Indicator 1 (foodborne diarrheal diseases) is an example of the health outcome indicator while Indicators 2 and 3 are process indicators. In setting targets and indicators, it is important to ensure that they are realistic and achievable. In China there is a lack of background data for disease burden of foodborne illness and foodborne diarrheal diseases. Enhanced Surveillance system and multi-sectorial coordination are now in place for the detection and monitoring of foodborne diseases and food contamination.
One of the challenges associated with using foodborne diarrheal disease as a health outcome indicator is that not all national surveillance systems are at the same stage of development. China sounded a word of caution about the interpretation of surveillance data, for example, the temptation of using the collected data to compare countries as this may be a reflection of the surveillance systems and laboratory capability rather than the true incidence and prevalence of the disease. TAG members suggested that foodborne disease outbreaks might be a better indicator to consider although there remain issues concerning comparability between countries due to differences in epidemiological investigative competencies and surveillance systems. The collection of data on the incidence of foodborne diarrheal disease is quite challenging, even for high-income countries. Additionally, using this indicator would overlook data on chemical contamination of food, which impacts diet-related diseases, such as cancer and chronic diseases.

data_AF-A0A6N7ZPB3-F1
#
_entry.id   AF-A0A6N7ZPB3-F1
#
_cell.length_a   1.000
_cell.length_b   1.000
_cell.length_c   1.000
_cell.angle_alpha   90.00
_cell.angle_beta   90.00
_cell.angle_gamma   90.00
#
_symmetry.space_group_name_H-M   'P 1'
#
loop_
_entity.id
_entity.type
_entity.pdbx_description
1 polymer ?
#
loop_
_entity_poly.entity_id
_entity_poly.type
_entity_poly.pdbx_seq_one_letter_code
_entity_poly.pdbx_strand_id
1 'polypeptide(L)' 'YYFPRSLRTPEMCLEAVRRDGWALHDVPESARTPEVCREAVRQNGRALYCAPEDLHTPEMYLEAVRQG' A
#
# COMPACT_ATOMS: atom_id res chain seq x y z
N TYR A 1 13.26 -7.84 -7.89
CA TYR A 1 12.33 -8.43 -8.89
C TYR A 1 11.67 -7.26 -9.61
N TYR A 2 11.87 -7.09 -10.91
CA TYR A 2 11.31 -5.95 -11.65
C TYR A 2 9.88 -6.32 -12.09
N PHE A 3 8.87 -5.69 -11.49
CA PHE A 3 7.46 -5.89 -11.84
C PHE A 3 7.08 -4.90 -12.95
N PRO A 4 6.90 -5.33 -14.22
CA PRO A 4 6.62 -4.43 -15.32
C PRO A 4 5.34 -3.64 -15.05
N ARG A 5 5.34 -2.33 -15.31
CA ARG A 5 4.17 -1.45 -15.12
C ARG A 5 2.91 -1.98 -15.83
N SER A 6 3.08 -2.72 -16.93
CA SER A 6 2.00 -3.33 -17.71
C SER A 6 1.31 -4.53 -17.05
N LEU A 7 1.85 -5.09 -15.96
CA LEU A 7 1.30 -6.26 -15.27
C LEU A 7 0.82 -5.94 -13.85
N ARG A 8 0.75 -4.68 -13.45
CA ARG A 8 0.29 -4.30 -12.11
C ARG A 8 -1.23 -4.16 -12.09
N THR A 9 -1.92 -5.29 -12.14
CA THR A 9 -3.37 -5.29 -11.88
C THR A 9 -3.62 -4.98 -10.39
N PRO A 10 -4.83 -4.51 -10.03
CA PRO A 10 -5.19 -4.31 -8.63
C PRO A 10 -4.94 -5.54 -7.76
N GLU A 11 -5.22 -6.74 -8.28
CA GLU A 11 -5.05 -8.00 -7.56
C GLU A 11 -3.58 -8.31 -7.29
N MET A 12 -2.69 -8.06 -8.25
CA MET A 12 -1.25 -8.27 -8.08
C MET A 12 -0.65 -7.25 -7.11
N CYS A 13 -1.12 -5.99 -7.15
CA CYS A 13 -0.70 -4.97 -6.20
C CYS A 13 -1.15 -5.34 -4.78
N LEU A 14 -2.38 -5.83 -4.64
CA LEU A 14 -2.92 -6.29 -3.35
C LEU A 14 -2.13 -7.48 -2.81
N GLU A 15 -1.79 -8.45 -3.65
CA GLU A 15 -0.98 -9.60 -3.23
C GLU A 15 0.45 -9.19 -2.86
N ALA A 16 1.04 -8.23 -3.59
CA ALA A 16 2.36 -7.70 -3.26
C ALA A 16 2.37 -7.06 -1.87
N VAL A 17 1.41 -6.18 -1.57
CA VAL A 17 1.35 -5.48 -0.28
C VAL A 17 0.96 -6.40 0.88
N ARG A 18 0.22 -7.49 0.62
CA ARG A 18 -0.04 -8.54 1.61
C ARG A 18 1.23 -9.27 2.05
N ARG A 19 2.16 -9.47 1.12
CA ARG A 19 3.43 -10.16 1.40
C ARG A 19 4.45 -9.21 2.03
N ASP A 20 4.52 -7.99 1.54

It was also suggested to consider including sub-indicators under the main indicators. A sub-indicator could focus on countries’ testing capacity, for example, whether the country is testing for certain foodborne pathogens, etc. In this way, these sub-indicators can also be used to identify gaps within a country’s surveillance system, which, if addressed, could further strengthen their food safety capacity. It should be noted that the lack of capacity is the main bottleneck for setting indicators and targets. The sensitivity of trade implications highlighted by the indicators and targets could also be a reason that countries might be reluctant to report data to international organizations. The Global Foodborne Infections Network (GFN) is a very powerful resource to build countries’ capacity in foodborne diseases surveillance. Rather than looking at all foodborne pathogens, it might be good to focus at least initially on a few key foodborne pathogens, such as Salmonella, Campylobacter, etc. Another challenge is that the foodborne disease surveillance in many countries is managed by the health sector and there is no, or limited linkages, with food safety competent authorities and food testing laboratories. The challenge with setting targets is that there are limited baseline studies within countries, which means that the target-setting experience in the regions is very subjective. Another important issue is that countries have different capacities, so it might be more reasonable to set different targets for different countries or regions. The global strategy would require global targets. In the meantime, it should be possible to adapt global targets at regional and country levels. Setting global food safety indicators and targets within the strategy will encourage countries to invest more in their food safety systems and further strengthen their capacity.
China has made great advances in forensic microbiology, molecular diagnostics, surveillance systems and supporting IT infrastructure for both routine surveillance and early warning. Many of our initiatives are transferable to other member states and China can be a role model to help others. We live in a global village with food and ingredients globally distributed so the need for international co-operation has never been more important. No country can be complacent as often the safety of a Member State’s citizens is dependent on standards in another jurisdiction from where they import food. Nobody will be safe from food borne disease until we are all safe.